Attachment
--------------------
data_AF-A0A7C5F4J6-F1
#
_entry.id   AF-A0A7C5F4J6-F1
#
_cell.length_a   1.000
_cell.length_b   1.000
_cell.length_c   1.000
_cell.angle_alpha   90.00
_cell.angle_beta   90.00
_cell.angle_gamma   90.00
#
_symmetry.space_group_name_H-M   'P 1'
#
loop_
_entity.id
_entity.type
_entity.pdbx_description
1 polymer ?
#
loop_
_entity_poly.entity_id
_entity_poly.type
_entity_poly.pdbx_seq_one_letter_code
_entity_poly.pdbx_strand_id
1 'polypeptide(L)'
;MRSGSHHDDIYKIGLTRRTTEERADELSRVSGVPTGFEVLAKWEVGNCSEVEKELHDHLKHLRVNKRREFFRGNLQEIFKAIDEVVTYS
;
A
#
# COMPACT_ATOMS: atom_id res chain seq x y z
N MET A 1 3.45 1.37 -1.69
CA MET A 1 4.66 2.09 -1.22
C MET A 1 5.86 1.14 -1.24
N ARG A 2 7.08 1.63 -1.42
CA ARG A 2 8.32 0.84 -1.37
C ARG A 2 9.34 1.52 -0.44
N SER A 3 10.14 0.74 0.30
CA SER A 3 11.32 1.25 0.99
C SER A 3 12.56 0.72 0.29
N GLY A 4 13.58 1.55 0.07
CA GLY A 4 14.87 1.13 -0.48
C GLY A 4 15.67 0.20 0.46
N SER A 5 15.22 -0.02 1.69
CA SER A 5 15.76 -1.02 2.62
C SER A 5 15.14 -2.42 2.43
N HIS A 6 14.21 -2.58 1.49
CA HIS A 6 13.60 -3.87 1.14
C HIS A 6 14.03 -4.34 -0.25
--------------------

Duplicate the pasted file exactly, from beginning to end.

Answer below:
data_AF-A0A7C5F4J6-F1
#
_entry.id   AF-A0A7C5F4J6-F1
#
_cell.length_a   1.000
_cell.length_b   1.000
_cell.length_c   1.000
_cell.angle_alpha   90.00
_cell.angle_beta   90.00
_cell.angle_gamma   90.00
#
_symmetry.space_group_name_H-M   'P 1'
#
loop_
_entity.id
_entity.type
_entity.pdbx_description
1 polymer ?
#
loop_
_entity_poly.entity_id
_entity_poly.type
_entity_poly.pdbx_seq_one_letter_code
_entity_poly.pdbx_strand_id
1 'polypeptide(L)'
;MRSGSHHDDIYKIGLTRRTTEERADELSRVSGVPTGFEVLAKWEVGNCSEVEKELHDHLKHLRVNKRREFFRGNLQEIFKAIDEVVTYS
;
A
#
# COMPACT_ATOMS: atom_id res chain seq x y z
N MET A 1 3.45 1.37 -1.69
CA MET A 1 4.66 2.09 -1.22
C MET A 1 5.86 1.14 -1.24
N ARG A 2 7.08 1.63 -1.42
CA ARG A 2 8.32 0.84 -1.37
C ARG A 2 9.34 1.52 -0.44
N SER A 3 10.14 0.74 0.30
CA SER A 3 11.32 1.25 0.99
C SER A 3 12.56 0.72 0.29
N GLY A 4 13.58 1.55 0.07
CA GLY A 4 14.87 1.13 -0.48
C GLY A 4 15.67 0.20 0.46
N SER A 5 15.22 -0.02 1.69
CA SER A 5 15.76 -1.02 2.62
C SER A 5 15.14 -2.42 2.43
N HIS A 6 14.21 -2.58 1.49
CA HIS A 6 13.60 -3.87 1.14
C HIS A 6 14.03 -4.34 -0.25